This paper discusses a somewhat neglected reading of the second chapter of Nāgārjuna’s Mūlamadhyamakakārikā, arguing that the main focus of a crucial part is a particular theory of properties and their relation to individuals they instantiate, rather than the refutation of specific assumptions about the nature of space and time. Some of Nāgārjuna’s key arguments about motion should be understood as argument templates in which notions other than mover, motion, and so forth could be substituted. The remainder of the discussion (...)
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  • Cognitive Models of Moral Decision Making.Wendell Wallach - 2010 - Topics in Cognitive Science 2 (3):420-429.
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  • Nonlocality Without Nonlocality.Steven Weinstein - 2009 - Foundations of Physics 39 (8):921-936.
    Bell’s theorem is purported to demonstrate the impossibility of a local “hidden variable” theory underpinning quantum mechanics. It relies on the well-known assumption of ‘locality’, and also on a little-examined assumption called ‘statistical independence’ (SI). Violations of this assumption have variously been thought to suggest “backward causation”, a “conspiracy” on the part of nature, or the denial of “free will”. It will be shown here that these are spurious worries, and that denial of SI simply implies nonlocal correlation between spacelike (...)
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  • Justice & its Motives: On Peter Vanderschraaf’s Strategic Justice.Paul Weithman - 2021 - Politics, Philosophy and Economics 20 (1):3-21.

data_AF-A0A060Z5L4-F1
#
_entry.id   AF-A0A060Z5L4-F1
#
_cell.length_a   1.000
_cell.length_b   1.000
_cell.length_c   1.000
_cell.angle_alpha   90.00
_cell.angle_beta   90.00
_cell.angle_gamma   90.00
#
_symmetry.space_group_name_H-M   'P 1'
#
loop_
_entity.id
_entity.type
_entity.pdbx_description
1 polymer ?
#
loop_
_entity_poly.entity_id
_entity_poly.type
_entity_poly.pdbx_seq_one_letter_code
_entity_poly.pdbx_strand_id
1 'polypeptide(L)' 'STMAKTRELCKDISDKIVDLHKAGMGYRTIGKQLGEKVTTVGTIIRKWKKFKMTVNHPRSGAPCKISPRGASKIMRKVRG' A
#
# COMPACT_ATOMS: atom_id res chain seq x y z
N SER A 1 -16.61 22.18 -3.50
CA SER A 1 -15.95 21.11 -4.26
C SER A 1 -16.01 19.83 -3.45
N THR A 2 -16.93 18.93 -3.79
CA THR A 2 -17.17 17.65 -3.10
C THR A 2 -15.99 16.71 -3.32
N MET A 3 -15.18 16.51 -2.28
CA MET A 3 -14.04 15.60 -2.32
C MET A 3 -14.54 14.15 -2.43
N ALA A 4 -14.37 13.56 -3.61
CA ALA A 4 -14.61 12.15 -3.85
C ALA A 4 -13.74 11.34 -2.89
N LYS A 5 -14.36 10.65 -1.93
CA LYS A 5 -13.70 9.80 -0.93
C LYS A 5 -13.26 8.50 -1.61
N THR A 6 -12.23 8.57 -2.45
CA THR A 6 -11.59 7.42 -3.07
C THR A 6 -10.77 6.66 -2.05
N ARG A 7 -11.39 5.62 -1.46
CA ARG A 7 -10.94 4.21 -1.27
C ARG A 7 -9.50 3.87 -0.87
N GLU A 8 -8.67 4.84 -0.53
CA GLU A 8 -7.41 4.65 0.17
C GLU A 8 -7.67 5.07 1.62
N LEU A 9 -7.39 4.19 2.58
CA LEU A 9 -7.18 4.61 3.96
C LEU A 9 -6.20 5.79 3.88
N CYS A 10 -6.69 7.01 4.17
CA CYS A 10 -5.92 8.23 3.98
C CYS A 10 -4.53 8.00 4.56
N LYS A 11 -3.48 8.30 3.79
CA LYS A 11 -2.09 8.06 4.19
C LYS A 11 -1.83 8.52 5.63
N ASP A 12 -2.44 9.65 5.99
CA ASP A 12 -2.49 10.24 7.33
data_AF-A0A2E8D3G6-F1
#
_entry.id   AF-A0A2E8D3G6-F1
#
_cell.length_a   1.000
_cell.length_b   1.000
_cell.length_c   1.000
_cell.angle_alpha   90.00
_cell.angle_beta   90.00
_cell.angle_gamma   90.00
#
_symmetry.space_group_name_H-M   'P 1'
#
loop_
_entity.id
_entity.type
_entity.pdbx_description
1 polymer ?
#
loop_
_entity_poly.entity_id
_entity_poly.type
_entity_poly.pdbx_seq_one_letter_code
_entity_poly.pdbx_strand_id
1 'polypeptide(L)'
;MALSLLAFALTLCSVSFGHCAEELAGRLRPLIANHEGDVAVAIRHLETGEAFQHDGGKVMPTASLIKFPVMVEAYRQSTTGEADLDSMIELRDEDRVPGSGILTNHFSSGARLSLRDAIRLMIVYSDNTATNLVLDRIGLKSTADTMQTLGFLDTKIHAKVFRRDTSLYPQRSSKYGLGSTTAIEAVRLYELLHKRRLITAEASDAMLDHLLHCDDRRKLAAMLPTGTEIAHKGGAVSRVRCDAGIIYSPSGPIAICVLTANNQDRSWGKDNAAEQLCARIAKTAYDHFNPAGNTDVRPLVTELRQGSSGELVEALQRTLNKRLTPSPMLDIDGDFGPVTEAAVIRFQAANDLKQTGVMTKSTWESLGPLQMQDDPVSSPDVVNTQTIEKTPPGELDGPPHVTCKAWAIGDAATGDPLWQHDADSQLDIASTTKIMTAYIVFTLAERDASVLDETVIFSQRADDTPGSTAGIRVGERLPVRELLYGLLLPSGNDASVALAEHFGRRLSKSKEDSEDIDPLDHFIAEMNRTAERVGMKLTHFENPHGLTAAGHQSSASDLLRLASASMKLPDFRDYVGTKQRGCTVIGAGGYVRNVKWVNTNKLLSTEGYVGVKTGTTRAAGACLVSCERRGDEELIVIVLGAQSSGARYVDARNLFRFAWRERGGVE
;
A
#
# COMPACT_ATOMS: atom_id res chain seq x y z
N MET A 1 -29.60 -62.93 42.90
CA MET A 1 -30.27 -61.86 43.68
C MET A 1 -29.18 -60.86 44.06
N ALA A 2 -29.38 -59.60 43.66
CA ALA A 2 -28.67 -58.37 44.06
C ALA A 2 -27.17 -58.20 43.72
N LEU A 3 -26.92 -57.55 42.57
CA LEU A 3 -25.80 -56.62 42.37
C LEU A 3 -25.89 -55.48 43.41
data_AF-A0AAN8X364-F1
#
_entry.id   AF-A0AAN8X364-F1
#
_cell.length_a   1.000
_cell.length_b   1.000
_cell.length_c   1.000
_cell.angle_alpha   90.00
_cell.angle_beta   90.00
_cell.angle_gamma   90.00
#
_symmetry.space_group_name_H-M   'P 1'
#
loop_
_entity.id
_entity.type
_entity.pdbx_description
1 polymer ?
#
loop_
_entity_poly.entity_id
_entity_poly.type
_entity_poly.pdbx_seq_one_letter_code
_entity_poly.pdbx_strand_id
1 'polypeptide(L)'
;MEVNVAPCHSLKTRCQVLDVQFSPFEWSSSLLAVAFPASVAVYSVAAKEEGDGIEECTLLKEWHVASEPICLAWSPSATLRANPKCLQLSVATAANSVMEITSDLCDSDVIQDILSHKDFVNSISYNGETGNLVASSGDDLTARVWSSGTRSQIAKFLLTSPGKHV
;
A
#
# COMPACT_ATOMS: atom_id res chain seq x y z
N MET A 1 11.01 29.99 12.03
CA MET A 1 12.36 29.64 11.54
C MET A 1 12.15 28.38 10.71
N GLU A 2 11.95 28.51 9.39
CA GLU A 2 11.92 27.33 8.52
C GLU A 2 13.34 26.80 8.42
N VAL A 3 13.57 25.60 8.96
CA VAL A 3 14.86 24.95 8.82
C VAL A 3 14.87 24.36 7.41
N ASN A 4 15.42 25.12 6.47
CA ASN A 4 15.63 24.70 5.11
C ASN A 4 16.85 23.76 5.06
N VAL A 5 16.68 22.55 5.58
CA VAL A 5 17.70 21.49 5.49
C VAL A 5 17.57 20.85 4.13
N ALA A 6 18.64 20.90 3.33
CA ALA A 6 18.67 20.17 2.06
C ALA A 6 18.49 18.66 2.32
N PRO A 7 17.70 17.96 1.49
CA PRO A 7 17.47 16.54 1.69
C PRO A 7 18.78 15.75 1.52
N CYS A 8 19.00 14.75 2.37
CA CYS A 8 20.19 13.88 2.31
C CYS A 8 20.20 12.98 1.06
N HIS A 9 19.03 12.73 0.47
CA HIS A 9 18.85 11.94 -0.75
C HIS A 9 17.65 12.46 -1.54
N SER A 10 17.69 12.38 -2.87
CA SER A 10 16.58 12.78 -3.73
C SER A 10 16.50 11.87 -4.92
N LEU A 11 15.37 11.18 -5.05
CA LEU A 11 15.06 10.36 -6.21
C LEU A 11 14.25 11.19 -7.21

Peter Vanderschraaf’s Strategic Justice is a powerful elaboration and defense of what he calls ‘justice as mutual advantage’. Vanderschraaf opens Strategic Justice by observing that ‘Plato set a template for all future philosophers by raising two interrelated questions: What precisely is justice? Why should one be just?’. He answers that justice consists of conventions which are followed because each sees that doing so is in her interest. These answers depend upon two conditions which Vanderschraaf calls Baseline Consistency and Negative Mutual (...)
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  • Induction and Inference to the Best Explanation.Ruth Weintraub - 2013 - Philosophical Studies 166 (1):203-216.
    In this paper I adduce a new argument in support of the claim that IBE is an autonomous form of inference, based on a familiar, yet surprisingly, under-discussed, problem for Hume’s theory of induction. I then use some insights thereby gleaned to argue for the claim that induction is really IBE, and draw some normative conclusions.